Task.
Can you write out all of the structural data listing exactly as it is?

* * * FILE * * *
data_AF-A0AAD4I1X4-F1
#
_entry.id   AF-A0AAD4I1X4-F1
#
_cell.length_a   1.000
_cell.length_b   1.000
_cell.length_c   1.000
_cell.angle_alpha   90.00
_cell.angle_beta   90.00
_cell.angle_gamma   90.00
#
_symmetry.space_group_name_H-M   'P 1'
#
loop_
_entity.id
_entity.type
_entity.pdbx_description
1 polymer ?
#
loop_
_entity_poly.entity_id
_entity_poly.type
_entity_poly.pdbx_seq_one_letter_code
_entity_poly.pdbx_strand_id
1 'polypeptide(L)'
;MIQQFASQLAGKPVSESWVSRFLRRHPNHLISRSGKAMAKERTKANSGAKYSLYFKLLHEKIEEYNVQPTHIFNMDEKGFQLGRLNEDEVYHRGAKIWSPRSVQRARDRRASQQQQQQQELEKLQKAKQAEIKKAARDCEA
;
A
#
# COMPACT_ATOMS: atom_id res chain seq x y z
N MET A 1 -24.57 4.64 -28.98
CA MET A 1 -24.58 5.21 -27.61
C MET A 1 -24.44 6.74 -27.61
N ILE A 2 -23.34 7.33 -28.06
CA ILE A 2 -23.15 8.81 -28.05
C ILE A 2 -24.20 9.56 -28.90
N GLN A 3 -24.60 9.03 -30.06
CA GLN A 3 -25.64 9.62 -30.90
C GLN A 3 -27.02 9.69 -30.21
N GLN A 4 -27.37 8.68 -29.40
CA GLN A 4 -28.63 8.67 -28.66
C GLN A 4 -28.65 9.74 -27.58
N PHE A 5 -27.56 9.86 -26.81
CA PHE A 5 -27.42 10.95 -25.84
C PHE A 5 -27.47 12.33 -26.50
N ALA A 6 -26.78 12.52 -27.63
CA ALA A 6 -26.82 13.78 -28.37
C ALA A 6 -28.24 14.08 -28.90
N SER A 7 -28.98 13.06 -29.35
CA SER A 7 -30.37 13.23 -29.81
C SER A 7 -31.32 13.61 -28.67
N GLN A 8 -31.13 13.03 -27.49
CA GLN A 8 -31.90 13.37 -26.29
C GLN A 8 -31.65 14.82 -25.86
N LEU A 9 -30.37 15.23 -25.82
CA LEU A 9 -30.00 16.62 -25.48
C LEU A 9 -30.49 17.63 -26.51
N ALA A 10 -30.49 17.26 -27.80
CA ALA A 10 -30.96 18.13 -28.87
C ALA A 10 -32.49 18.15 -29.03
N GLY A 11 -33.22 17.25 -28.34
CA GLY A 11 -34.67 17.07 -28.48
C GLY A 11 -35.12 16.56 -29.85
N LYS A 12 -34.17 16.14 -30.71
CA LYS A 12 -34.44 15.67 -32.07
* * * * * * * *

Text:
data_AF-A0AAD4I1X4-F1
#
_entry.id   AF-A0AAD4I1X4-F1
#
_cell.length_a   1.000
_cell.length_b   1.000
_cell.length_c   1.000
_cell.angle_alpha   90.00
_cell.angle_beta   90.00
_cell.angle_gamma   90.00
#
_symmetry.space_group_name_H-M   'P 1'
#
loop_
_entity.id
_entity.type
_entity.pdbx_description
1 polymer ?
#
loop_
_entity_poly.entity_id
_entity_poly.type
_entity_poly.pdbx_seq_one_letter_code
_entity_poly.pdbx_strand_id
1 'polypeptide(L)'
;MIQQFASQLAGKPVSESWVSRFLRRHPNHLISRSGKAMAKERTKANSGAKYSLYFKLLHEKIEEYNVQPTHIFNMDEKGFQLGRLNEDEVYHRGAKIWSPRSVQRARDRRASQQQQQQQELEKLQKAKQAEIKKAARDCEA
;
A
#
# COMPACT_ATOMS: atom_id res chain seq x y z
N MET A 1 -24.57 4.64 -28.98
CA MET A 1 -24.58 5.21 -27.61
C MET A 1 -24.44 6.74 -27.61
N ILE A 2 -23.34 7.33 -28.06
CA ILE A 2 -23.15 8.81 -28.05
C ILE A 2 -24.20 9.56 -28.90
N GLN A 3 -24.60 9.03 -30.06
CA GLN A 3 -25.64 9.62 -30.90
C GLN A 3 -27.02 9.69 -30.21
N GLN A 4 -27.37 8.68 -29.40
CA GLN A 4 -28.63 8.67 -28.66
C GLN A 4 -28.65 9.74 -27.58
N PHE A 5 -27.56 9.86 -26.81
CA PHE A 5 -27.42 10.95 -25.84
C PHE A 5 -27.47 12.33 -26.50
N ALA A 6 -26.78 12.52 -27.63
CA ALA A 6 -26.82 13.78 -28.37
C ALA A 6 -28.24 14.08 -28.90
N SER A 7 -28.98 13.06 -29.35
CA SER A 7 -30.37 13.23 -29.81
C SER A 7 -31.32 13.61 -28.67
N GLN A 8 -31.13 13.03 -27.49
CA GLN A 8 -31.90 13.37 -26.29
C GLN A 8 -31.65 14.82 -25.86
N LEU A 9 -30.37 15.23 -25.82
CA LEU A 9 -30.00 16.62 -25.48
C LEU A 9 -30.49 17.63 -26.51
N ALA A 10 -30.49 17.26 -27.80
CA ALA A 10 -30.96 18.13 -28.87
C ALA A 10 -32.49 18.15 -29.03
N GLY A 11 -33.22 17.25 -28.34
CA GLY A 11 -34.67 17.07 -28.48
C GLY A 11 -35.12 16.56 -29.85
N LYS A 12 -34.17 16.14 -30.71
CA LYS A 12 -34.44 15.67 -32.07